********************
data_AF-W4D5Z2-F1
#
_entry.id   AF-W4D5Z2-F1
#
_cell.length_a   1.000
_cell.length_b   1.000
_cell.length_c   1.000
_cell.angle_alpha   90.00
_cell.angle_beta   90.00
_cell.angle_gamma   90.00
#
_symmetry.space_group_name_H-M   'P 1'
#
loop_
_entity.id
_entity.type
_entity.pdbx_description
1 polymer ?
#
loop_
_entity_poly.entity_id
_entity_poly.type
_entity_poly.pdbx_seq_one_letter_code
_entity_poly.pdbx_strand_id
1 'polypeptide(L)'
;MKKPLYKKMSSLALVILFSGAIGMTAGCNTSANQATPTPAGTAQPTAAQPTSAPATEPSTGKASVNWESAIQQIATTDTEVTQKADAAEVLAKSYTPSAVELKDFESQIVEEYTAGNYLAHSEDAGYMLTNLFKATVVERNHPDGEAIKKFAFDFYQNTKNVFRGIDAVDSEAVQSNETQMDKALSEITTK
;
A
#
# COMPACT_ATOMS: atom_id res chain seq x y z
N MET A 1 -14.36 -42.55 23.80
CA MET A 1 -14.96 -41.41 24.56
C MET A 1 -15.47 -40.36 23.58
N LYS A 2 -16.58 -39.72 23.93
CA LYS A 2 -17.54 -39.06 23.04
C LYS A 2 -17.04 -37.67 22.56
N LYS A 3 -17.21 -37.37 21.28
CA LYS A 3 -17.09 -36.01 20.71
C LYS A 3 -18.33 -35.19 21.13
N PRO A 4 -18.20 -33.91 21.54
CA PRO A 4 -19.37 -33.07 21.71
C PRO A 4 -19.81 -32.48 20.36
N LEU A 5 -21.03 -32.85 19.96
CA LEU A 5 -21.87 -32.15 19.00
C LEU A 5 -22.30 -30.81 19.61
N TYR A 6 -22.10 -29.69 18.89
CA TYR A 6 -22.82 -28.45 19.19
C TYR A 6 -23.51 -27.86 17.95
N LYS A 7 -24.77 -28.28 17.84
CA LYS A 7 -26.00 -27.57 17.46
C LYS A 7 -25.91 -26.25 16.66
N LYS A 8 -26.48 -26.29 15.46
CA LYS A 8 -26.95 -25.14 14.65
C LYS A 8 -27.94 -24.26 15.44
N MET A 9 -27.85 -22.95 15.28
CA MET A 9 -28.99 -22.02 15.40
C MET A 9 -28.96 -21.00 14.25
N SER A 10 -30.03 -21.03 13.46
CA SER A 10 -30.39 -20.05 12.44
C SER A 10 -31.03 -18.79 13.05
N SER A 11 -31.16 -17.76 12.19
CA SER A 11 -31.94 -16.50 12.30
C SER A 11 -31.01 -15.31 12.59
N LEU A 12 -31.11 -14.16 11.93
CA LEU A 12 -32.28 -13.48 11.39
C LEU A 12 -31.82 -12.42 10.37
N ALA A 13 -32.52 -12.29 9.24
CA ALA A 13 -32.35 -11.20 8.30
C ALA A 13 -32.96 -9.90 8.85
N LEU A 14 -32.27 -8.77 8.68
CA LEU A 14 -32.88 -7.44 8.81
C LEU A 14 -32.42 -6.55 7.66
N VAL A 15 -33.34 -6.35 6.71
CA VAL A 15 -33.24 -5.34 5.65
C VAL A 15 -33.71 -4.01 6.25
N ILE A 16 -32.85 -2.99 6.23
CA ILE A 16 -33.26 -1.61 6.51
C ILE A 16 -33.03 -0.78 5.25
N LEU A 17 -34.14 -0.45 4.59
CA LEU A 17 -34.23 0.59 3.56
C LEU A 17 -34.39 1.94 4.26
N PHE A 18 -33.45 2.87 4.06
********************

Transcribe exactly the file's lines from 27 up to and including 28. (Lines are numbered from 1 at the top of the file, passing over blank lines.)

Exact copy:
;
A